- Sean Cayton
The repugnant flier, sent to the funeral home last week, ended up in the hands of a young Fort Carson soldier who was getting ready to help bury a fallen brother.
Ryan Smith's voice shook as he described the message delivered by representatives of Westboro Baptist Church. Under the heading "Thank God for IEDs (Improvised Explosive Devices)," the announcement read: "God Himself has now become America's terrorist, killing Americans in strange lands for Brokeback Mountain fag sins."
"This is beyond ..." Smith's voice trails off. "I can't even come up with a description for it.
"It's inhumane. It's sick. It's just wrong."
And so it was that Pastor Fred Phelps, the patriarch of the Topeka, Kan.-based church, and his three minivans full of relatives showed up Saturday to jeer the funeral of Sgt. Gordon F. Misner II, a 23-year-old husband and father of three. Misner, along with two other soldiers from Fort Carson's 3rd Heavy Brigade Combat Team, was killed by a roadside bomb on Feb. 22 near Balad, Iraq, some 50 miles north of Baghdad.
In the last 15 years, Phelps' church has made a national name for itself by speaking out against homosexuality. In Colorado Springs alone, followers have protested at the Air Force Academy, Focus on the Family andeven Palmer High School. Over the last year, Phelps has found a new niche: picketing the funerals of soldiers killed in Iraq.
- Sean Cayton
- An estimated 250 to 300 members of the newly formed Patriot Guard gathered at Saturdays funeral for Sgt. Gordon F. Misner II. They created a shield between the soldiers family and picketing members of the Topeka, Kan.-based Westboro Baptist Church.
In Phelps' mind, America, formerly a great nation, is doomed, committing suicide, having reached the bottom rung for being "profoundly gay."
A national countermovement has organized in response. The Patriot Guard is a group of bikers, most of them veterans, whose members are showing up by the hundreds to soldiers' funerals across the country and creating human shields to separate grieving families from the Westboro protesters. When the Phelps clan starts chanting or singing, the bikers rev their engines to drown them out.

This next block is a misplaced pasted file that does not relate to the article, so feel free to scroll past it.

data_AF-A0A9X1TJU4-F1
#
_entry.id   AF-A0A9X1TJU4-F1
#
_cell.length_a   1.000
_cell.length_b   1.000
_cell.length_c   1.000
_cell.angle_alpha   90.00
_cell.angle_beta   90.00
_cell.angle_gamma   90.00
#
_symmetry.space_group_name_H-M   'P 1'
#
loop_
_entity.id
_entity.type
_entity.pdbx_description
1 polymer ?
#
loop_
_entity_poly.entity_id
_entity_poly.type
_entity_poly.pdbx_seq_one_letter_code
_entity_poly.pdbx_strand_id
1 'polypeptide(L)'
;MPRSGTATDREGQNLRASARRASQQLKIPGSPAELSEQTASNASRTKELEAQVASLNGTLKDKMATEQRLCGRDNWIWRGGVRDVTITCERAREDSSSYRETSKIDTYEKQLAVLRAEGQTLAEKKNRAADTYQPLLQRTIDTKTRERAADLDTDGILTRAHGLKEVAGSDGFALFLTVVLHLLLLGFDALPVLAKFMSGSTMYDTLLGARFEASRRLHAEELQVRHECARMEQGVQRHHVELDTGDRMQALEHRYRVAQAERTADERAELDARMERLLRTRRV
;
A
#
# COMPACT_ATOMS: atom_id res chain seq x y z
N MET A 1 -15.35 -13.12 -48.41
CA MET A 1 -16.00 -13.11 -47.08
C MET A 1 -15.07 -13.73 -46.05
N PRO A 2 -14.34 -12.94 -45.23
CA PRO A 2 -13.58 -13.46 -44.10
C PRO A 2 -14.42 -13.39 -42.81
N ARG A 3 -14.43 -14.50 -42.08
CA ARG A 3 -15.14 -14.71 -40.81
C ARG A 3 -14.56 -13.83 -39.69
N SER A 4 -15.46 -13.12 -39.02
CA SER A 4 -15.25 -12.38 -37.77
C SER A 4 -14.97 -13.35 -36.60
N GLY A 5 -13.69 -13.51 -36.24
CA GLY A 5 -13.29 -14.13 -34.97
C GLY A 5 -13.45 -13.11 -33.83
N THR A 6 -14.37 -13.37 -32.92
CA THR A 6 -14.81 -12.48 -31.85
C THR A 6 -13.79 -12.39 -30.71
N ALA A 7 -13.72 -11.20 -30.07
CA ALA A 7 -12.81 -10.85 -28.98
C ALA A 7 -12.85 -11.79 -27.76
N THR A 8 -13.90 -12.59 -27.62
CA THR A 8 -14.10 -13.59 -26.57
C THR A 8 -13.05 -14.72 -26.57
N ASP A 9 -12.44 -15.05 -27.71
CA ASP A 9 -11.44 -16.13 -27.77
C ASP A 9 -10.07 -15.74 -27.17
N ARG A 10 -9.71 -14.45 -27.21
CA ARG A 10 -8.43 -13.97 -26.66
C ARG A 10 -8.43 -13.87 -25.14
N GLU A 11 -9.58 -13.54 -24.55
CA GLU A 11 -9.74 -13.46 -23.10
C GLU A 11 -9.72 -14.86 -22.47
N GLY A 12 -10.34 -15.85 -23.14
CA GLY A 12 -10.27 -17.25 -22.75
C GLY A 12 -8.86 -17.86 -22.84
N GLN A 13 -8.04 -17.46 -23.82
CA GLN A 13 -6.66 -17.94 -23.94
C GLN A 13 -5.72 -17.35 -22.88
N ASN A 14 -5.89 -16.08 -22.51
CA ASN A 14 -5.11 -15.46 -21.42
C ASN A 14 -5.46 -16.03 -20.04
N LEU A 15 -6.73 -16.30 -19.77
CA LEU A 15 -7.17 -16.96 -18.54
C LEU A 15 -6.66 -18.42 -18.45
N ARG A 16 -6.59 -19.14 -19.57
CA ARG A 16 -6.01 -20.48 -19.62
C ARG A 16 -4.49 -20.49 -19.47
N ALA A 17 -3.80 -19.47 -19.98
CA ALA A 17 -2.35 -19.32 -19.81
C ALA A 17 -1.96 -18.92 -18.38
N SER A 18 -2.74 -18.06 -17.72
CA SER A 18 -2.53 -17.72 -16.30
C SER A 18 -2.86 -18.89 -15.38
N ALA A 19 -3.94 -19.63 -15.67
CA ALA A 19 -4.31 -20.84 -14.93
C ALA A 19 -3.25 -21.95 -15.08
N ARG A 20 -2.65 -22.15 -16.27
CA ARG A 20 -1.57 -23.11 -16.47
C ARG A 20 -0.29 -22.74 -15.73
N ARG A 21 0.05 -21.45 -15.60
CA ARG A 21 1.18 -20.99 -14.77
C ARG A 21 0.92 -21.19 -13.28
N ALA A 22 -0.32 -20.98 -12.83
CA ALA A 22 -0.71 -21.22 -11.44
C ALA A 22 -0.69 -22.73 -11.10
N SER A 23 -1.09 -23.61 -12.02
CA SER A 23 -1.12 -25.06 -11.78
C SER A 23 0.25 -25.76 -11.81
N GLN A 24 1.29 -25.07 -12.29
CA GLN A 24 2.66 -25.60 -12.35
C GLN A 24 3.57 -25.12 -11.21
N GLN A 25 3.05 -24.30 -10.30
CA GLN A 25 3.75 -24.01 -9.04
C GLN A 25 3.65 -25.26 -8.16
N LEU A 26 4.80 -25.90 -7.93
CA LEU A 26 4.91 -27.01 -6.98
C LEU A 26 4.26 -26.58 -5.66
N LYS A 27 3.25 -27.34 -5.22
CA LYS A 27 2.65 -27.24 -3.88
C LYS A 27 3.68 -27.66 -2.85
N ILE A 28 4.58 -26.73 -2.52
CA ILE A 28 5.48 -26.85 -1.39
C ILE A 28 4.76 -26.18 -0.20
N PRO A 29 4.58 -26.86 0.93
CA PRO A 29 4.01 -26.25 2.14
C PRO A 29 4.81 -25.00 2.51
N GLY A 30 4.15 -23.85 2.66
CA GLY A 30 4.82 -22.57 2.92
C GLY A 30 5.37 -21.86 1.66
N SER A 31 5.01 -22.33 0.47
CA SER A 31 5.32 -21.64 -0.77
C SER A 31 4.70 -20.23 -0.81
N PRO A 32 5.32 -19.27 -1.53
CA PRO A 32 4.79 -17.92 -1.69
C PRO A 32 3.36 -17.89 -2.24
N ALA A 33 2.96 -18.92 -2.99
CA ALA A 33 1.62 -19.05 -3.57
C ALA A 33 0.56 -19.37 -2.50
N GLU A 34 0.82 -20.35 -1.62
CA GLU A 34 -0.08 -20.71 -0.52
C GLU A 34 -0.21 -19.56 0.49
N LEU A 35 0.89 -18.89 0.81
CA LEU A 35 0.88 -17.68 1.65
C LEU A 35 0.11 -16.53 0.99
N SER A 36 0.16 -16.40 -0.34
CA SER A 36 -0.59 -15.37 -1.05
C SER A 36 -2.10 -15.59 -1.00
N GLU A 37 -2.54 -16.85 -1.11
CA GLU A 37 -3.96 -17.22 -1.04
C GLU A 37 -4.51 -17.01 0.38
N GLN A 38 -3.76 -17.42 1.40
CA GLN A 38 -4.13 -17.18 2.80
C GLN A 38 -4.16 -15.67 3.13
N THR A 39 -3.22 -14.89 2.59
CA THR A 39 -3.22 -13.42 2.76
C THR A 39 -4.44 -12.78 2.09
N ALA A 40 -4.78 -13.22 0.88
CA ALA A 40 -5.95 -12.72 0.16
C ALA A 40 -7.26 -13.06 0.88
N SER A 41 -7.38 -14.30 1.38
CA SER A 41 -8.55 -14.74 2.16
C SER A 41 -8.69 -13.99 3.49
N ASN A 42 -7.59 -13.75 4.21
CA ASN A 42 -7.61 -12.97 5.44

On Saturday, an estimated 250 to 300 bikers stood shoulder to shoulder, holding large American flags, outside Evergreen Funeral Home in south-central Colorado Springs.
"These families have enough grief they shouldn't have to deal with that," says Bill Farley of Monument, a veteran of Vietnam and Desert Storm. "They need to know their soldier didn't die in vain."
Farley's wife, Colleen, says Sgt. Misner died protecting the United States Constitution including the right to free speech. "How dare they dishonor that?"
As of Tuesday, the number of members posted on the group's Web site, patriotguard.org, had swelled to 17,465. Yet in the midst of last Saturday's protest, Phelps ridiculed the bikers, calling them a "petty little crowd" as compared to the 500 Patriot Guard bikers who had shown up at another Westboro-targeted soldier's funeral in Flushing, Mich.
Phelps claims he spends $250,000 a year on airfare to travel to cities across the country to protest the "three Ds": degeneracy, debauchery and depravity. He insists he does not take contributions, lest his enemies liken him to "mongrel, kissy-poo moneygrubbers" like Jimmy Swaggart, Jerry Falwell or Billy Graham. He refused to divulge where he gets the money to fund his family's activities.
The National Council of State Legislatures reports that in direct response to Phelps, 22 states have introduced bills to restrict or ban protests at funerals; of those, Missouri, Oklahoma, South Dakota and Wisconsin have enacted laws. As of press time, no similar legislation had been introduced in Colorado.
"I just love it to death," Phelps says of the new laws. "It focuses renewed attention on how many states in the nation are willing to stomp on the Constitution."